Elementary: Trends Older

, Middle School

The Watsons Go to Birmingham—1963

Christopher Paul Curtis




Racial Diversity

Watsons Go to Birmingham – 1963 is Christopher Paul Curtis’ Newbery Honor and Coretta Scott King Award winning novel of a family’s life in Flint, Michigan and their summer journey to Birmingham, Alabama.  They take the trip in an effort to get the oldest child, Byron, to straighten up, hoping that a summer with Grandma Sands will be just what the mischievous Byron needs to mend his ways.

The first 180 pages of the novel revolve around the Watson family’s life in Flint. Kenny is the younger brother and the narrator of the story. Unlike Byron (and his no-good sidekick Buphead), Kenny works hard in school, earning the nickname “Poindexter.” There is a sister, too, the baby of the family, little Joetta. They fondly refer to themselves as “the Weird Watsons,” and Kenny relates a series of funny vignettes in Flint like getting frozen to the car side mirror, getting sick from too many ill-gotten cookies, and getting cheated out of your beloved plastic dinosaurs.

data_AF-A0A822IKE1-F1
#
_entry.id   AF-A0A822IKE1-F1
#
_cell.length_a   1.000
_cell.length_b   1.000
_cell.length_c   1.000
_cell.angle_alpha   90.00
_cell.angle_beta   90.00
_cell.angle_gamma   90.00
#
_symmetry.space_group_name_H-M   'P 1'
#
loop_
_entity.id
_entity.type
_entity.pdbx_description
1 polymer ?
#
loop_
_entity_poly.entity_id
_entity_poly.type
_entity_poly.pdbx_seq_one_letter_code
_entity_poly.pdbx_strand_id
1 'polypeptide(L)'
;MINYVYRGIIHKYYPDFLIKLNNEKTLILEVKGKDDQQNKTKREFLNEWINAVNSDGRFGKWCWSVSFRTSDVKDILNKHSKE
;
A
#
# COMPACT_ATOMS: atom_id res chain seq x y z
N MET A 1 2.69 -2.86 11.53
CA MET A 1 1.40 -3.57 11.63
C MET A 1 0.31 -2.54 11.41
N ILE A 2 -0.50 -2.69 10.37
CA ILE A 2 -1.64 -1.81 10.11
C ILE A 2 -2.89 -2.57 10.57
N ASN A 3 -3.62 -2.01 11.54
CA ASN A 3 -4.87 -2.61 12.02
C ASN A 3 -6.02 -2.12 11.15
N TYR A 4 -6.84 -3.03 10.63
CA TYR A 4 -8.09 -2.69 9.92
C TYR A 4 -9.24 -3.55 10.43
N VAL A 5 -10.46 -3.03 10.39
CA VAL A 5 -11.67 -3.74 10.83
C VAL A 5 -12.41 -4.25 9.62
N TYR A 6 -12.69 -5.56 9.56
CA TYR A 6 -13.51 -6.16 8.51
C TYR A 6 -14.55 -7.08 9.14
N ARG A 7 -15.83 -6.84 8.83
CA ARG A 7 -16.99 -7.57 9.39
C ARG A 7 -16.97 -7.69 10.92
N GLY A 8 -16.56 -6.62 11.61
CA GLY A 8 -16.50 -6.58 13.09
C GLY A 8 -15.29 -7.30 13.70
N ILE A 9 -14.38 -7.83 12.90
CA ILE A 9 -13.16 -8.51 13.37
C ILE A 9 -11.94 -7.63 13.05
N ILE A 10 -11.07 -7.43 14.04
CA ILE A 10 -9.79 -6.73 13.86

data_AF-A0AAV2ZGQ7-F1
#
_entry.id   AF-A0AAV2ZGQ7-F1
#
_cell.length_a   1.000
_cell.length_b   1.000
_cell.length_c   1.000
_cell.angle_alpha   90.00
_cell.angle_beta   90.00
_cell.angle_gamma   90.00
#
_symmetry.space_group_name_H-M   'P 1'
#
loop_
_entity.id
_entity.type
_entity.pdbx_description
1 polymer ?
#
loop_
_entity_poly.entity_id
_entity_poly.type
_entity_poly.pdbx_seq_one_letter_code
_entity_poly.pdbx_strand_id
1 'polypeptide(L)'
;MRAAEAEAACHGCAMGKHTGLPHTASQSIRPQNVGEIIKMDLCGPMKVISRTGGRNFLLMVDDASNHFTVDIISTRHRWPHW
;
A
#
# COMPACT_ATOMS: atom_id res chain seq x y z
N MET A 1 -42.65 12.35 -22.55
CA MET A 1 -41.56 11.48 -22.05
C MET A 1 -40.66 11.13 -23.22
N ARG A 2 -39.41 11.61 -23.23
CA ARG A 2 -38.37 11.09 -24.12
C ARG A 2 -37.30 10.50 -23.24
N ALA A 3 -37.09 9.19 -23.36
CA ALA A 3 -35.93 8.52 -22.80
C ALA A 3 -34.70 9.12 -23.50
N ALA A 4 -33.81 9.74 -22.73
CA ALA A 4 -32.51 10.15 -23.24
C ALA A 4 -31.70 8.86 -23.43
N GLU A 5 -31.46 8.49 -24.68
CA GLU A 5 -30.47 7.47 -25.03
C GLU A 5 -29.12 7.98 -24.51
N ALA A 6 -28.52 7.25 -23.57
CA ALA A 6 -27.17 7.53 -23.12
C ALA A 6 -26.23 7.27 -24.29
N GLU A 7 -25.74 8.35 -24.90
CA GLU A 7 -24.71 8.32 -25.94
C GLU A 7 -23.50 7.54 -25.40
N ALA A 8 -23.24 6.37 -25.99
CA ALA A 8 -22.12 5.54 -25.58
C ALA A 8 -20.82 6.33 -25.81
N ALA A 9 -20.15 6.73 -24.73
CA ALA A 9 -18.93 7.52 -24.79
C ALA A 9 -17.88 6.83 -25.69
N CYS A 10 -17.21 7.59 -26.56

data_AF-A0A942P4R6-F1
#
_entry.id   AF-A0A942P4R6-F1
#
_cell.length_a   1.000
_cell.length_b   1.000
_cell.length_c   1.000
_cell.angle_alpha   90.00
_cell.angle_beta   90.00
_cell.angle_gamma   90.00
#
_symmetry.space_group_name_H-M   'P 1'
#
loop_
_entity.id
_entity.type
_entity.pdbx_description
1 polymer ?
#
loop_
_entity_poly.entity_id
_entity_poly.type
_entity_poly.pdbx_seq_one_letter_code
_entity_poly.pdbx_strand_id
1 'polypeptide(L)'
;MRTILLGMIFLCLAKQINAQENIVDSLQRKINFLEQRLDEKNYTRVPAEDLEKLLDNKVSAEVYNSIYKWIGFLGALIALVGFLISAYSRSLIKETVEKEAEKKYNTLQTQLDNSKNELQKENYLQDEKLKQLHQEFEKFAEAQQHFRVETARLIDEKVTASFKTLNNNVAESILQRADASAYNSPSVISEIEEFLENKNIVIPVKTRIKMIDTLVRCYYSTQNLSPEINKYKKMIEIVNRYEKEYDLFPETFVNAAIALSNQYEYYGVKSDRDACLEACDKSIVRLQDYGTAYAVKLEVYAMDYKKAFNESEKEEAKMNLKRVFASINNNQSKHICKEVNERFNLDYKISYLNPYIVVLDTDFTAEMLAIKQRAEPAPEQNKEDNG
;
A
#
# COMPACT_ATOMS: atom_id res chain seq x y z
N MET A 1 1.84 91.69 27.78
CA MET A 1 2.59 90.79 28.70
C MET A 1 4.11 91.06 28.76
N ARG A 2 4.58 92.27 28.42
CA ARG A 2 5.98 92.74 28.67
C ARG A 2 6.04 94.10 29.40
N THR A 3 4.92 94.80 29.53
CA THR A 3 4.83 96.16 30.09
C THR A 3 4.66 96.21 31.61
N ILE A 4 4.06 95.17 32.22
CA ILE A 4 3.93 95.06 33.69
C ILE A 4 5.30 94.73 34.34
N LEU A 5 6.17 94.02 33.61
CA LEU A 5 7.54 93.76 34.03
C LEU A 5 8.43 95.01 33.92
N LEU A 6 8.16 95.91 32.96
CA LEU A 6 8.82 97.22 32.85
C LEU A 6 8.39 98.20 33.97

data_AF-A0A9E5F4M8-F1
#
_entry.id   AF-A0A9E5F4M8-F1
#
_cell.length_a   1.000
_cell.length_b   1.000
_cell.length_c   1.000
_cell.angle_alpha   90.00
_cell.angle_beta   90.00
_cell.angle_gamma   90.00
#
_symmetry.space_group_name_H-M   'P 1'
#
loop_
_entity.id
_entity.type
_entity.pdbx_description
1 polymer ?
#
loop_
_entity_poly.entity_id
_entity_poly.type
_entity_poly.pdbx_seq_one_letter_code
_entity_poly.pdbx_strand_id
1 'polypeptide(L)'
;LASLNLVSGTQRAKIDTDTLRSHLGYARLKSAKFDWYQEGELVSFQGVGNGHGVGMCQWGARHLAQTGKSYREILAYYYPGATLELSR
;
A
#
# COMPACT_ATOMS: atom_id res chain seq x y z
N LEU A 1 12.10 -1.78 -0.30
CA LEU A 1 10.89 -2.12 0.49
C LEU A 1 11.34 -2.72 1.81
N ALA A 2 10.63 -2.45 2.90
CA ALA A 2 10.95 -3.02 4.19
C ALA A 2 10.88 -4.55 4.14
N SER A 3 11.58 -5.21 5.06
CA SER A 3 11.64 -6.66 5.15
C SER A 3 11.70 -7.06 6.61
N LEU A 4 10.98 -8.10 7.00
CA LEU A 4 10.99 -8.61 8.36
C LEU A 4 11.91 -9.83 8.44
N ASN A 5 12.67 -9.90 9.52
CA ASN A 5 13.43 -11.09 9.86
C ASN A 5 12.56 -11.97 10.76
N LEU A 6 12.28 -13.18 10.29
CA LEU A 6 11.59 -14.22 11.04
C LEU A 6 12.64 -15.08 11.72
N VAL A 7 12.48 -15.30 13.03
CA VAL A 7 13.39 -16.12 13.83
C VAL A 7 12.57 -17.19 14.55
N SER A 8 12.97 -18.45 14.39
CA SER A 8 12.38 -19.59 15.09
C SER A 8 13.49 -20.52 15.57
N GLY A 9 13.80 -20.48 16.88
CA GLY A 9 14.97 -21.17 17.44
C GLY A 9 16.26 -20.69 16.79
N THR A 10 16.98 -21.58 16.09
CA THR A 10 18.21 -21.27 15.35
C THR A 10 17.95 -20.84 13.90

Then the Watsons set off on the long trip to Birmingham in the family car, The Brown Bomber. To prepare for the trip, Dad equips the Bomber with “the True-Tone, AB-700 model, the Ultra-Glide,” a record player for the car. Now this might sound impossible, but don’t worry because as Dad explains, “the vibration problem has been overcome by the exclusive Vibro-Dynamic-Lateral-Anti-Inertial Dampening system.” Really!

When they arrive in Alabama, no-nonsense Grandma Sands lays down the ground rules, but there are plenty of adventures to be had and good food to eat. The summer takes a terrible turn, however, when the real events of Birmingham in 1963 overlap with the fictional Watsons. The family is scared that Joetta is in the 16th Street Baptist Church when it is bombed, resulting in the deaths of four little girls. She isn’t there and she is safe, but the experience traumatizes Kenny. His family returns to Flint, not sure how to help him. Surprisingly, it is Byron who finally breaks through to Kenny, allowing him to cry it out and then setting him straight. While this series of events is only a small fraction of the book, it can open the door to frank, constructive conversations about history, fairness, and the distance left to go to equality.

Christopher Paul Curtis is a master storyteller, weaving together hilarious turns of phrase with poignant moments of real depth. Families and schools sharing this story will have plenty to discuss and learn from Kenny, Grandma Sands, and even wise-cracking Byron.